+-----------------+-------------------+-----------------------------+
   |        \"       |       U+0022      | quotation mark              |
   +-----------------+-------------------+-----------------------------+
   |        \'       |       U+0027      | apostrophe                  |
   +-----------------+-------------------+-----------------------------+
   |        \/       |       U+002F      | slash (solidus)             |
   +-----------------+-------------------+-----------------------------+
   |        \\       |       U+005C      | backslash (reverse          |
   |                 |                   | solidus)                    |
   +-----------------+-------------------+-----------------------------+
   |      \uXXXX     |       U+XXXX      | unicode character           |
   +-----------------+-------------------+-----------------------------+

                   Table 6: Escape Sequence Replacements

   The index-selector applied with a quoted-member-name to an object
   selects the node of the corresponding member value from it, if and
   only if that object has a member with that name.  Nothing is selected
   from a value that is not a object.

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   Array indexing via element-index is a way of selecting a particular
   array element using a zero-based index.  For example, selector [0]
   selects the first and selector [4] the fifth element of a
   sufficiently long array.

   A negative element-index counts from the array end.  For example,
   selector [-1] selects the last and selector [-2] selects the
   penultimate element of an array with at least two elements.  As with
   non-negative indexes, it is not an error if such an element does not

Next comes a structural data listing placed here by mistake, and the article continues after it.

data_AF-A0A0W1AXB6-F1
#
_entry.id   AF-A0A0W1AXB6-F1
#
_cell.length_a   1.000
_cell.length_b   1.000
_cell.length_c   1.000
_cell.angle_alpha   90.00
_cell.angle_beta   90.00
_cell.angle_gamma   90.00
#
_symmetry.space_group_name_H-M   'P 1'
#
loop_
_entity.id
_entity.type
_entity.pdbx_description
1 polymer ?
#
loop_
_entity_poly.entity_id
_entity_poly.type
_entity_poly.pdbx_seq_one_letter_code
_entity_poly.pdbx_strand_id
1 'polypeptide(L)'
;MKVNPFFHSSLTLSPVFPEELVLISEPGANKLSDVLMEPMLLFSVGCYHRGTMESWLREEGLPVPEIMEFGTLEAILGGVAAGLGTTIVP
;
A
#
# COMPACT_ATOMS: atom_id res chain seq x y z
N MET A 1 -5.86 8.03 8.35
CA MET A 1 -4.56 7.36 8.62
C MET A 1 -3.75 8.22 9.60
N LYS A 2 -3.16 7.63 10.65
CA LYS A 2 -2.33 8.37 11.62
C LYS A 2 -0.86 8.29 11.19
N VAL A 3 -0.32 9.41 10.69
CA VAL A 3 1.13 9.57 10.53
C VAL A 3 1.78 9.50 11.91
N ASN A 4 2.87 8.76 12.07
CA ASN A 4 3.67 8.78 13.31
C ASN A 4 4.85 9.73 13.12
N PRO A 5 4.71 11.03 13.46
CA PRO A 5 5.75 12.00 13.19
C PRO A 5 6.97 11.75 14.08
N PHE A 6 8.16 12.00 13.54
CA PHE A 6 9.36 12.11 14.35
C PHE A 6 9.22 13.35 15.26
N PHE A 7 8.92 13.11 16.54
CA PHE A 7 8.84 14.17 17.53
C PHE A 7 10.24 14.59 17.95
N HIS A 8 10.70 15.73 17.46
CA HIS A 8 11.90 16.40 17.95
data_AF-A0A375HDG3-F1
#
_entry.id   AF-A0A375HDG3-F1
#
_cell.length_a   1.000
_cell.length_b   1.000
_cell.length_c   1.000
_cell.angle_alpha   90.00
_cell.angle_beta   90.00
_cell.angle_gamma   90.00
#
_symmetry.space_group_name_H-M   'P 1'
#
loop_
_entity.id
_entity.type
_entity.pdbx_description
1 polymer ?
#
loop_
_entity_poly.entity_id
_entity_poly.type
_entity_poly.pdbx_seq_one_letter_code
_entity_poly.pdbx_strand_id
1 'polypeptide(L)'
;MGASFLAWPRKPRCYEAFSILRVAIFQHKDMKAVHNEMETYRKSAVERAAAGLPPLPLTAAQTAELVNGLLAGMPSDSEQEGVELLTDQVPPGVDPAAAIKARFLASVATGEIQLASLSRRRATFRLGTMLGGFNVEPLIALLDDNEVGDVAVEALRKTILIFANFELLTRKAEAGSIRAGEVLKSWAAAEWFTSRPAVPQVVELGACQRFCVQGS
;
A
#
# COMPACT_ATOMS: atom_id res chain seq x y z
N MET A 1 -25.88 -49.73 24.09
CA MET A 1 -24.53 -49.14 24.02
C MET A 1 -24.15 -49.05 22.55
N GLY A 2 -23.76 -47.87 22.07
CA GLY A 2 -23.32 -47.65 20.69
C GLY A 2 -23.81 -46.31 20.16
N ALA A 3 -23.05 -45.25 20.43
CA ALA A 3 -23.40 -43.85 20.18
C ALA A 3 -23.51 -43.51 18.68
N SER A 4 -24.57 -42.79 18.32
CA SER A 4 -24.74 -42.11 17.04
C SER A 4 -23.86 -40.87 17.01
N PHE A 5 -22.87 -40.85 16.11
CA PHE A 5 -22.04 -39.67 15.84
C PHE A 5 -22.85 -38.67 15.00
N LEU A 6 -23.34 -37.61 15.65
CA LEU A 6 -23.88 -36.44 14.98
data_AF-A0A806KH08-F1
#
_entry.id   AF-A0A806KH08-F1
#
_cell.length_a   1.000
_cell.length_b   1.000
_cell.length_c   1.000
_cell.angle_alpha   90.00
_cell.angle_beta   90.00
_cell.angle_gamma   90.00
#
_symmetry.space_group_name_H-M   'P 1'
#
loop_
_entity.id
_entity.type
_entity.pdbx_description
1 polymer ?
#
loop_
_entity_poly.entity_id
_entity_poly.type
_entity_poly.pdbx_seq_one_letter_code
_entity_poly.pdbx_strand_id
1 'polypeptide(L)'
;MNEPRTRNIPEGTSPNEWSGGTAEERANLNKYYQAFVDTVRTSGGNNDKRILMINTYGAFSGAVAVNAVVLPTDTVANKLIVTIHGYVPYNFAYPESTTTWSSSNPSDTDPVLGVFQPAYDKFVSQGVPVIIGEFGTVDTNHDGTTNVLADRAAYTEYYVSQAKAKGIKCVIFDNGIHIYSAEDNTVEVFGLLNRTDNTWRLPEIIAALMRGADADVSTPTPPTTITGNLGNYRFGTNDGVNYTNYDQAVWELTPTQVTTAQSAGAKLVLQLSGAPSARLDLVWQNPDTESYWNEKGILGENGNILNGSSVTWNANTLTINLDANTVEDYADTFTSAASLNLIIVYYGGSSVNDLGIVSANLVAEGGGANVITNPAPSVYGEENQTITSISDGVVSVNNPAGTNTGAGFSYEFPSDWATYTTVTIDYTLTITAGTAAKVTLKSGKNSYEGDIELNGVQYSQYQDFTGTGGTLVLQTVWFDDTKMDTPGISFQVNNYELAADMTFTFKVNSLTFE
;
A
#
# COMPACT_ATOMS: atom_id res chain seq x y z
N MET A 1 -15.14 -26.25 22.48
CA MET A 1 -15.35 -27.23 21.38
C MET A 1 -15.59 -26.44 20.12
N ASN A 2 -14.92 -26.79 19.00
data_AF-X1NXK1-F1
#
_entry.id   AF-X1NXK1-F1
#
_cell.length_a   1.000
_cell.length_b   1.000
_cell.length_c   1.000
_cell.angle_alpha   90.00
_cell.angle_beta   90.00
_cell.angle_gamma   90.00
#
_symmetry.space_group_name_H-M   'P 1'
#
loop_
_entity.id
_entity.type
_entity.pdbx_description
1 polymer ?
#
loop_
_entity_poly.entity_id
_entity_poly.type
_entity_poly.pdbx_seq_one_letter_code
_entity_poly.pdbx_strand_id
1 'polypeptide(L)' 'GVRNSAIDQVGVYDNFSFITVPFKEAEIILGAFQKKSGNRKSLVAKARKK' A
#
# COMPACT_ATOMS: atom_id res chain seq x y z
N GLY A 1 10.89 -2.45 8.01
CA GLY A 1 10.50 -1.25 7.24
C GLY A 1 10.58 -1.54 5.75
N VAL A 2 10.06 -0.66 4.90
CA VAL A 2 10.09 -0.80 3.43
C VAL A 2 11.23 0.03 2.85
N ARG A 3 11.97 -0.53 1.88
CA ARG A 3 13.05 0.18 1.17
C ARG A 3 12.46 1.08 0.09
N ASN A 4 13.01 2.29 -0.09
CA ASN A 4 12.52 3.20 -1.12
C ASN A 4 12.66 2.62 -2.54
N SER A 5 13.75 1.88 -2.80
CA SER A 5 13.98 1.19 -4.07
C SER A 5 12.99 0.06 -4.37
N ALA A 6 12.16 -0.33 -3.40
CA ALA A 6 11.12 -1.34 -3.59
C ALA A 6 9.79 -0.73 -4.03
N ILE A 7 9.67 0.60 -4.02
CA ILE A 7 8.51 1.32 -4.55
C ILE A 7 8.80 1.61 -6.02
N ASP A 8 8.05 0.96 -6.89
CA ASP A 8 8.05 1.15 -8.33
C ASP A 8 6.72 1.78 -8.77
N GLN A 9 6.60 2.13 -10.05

exist; this simply means that no element is selected.

Examples

   JSON document:

   {
     "o": {"j j": {"k.k": 3}},
     "a": ["a","b"]
   }

   Queries:

     +===================+========+==============+==================+
     |       Query       | Result | Result Paths | Comment          |
     +===================+========+==============+==================+
     | $.o['j j']['k.k'] | 3      |  $['o']['j   | Named value in   |
     |                   |        |  ']['k.k']   | nested object    |
     +-------------------+--------+--------------+------------------+
     | $.o["j j"]["k.k"] | 3      |  $['o']['j   | Named value in   |
     |                   |        |  ']['k.k']   | nested object    |
     +-------------------+--------+--------------+------------------+
     |       $.a[1]      | "b"    |  $['a'][1]   | Member of array  |
     +-------------------+--------+--------------+------------------+
     |      $.a[-2]      | "a"    |  $['a'][0]   | Member of array, |
     |                   |        |              | from the end     |
     +-------------------+--------+--------------+------------------+

                     Table 7: Index selector examples

3.5.5.  Index Wildcard Selector

Syntax

   The index wildcard selector has the form [*].

   index-wild-selector    = "[" "*" "]"  ;  asterisk enclosed by brackets

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Semantics

   An index-wild-selector selects the nodes of all member values of an
   object as well as of all elements of an array.  Applying the index-
   wild-selector to a primitive JSON value (such as a number, string, or
   true/false/null) selects no node.

   The index-wild-selector behaves identically to the dot-wild-selector.